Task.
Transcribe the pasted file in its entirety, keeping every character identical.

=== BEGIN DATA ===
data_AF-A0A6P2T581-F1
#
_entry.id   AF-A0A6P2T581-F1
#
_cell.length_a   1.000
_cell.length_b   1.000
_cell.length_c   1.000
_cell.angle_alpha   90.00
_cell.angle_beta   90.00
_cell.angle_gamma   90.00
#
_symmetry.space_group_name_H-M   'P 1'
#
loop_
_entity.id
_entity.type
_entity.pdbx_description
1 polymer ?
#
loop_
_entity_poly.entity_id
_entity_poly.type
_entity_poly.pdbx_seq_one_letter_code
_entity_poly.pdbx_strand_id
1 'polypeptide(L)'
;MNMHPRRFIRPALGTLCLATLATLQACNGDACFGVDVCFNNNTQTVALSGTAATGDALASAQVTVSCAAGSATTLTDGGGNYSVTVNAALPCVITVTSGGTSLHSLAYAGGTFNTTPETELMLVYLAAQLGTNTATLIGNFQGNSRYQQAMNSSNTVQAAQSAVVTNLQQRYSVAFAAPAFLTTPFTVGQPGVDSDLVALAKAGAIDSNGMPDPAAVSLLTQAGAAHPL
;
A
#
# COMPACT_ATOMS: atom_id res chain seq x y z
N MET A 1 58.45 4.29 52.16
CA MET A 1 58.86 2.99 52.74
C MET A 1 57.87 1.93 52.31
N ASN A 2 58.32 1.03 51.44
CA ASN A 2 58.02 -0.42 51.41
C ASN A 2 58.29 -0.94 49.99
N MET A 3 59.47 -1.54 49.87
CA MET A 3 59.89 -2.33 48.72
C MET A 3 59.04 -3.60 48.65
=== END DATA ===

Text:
data_AF-A0A6P2T581-F1
#
_entry.id   AF-A0A6P2T581-F1
#
_cell.length_a   1.000
_cell.length_b   1.000
_cell.length_c   1.000
_cell.angle_alpha   90.00
_cell.angle_beta   90.00
_cell.angle_gamma   90.00
#
_symmetry.space_group_name_H-M   'P 1'
#
loop_
_entity.id
_entity.type
_entity.pdbx_description
1 polymer ?
#
loop_
_entity_poly.entity_id
_entity_poly.type
_entity_poly.pdbx_seq_one_letter_code
_entity_poly.pdbx_strand_id
1 'polypeptide(L)'
;MNMHPRRFIRPALGTLCLATLATLQACNGDACFGVDVCFNNNTQTVALSGTAATGDALASAQVTVSCAAGSATTLTDGGGNYSVTVNAALPCVITVTSGGTSLHSLAYAGGTFNTTPETELMLVYLAAQLGTNTATLIGNFQGNSRYQQAMNSSNTVQAAQSAVVTNLQQRYSVAFAAPAFLTTPFTVGQPGVDSDLVALAKAGAIDSNGMPDPAAVSLLTQAGAAHPL
;
A
#
# COMPACT_ATOMS: atom_id res chain seq x y z
N MET A 1 58.45 4.29 52.16
CA MET A 1 58.86 2.99 52.74
C MET A 1 57.87 1.93 52.31
N ASN A 2 58.32 1.03 51.44
CA ASN A 2 58.02 -0.42 51.41
C ASN A 2 58.29 -0.94 49.99
N MET A 3 59.47 -1.54 49.87
CA MET A 3 59.89 -2.33 48.72
C MET A 3 59.04 -3.60 48.65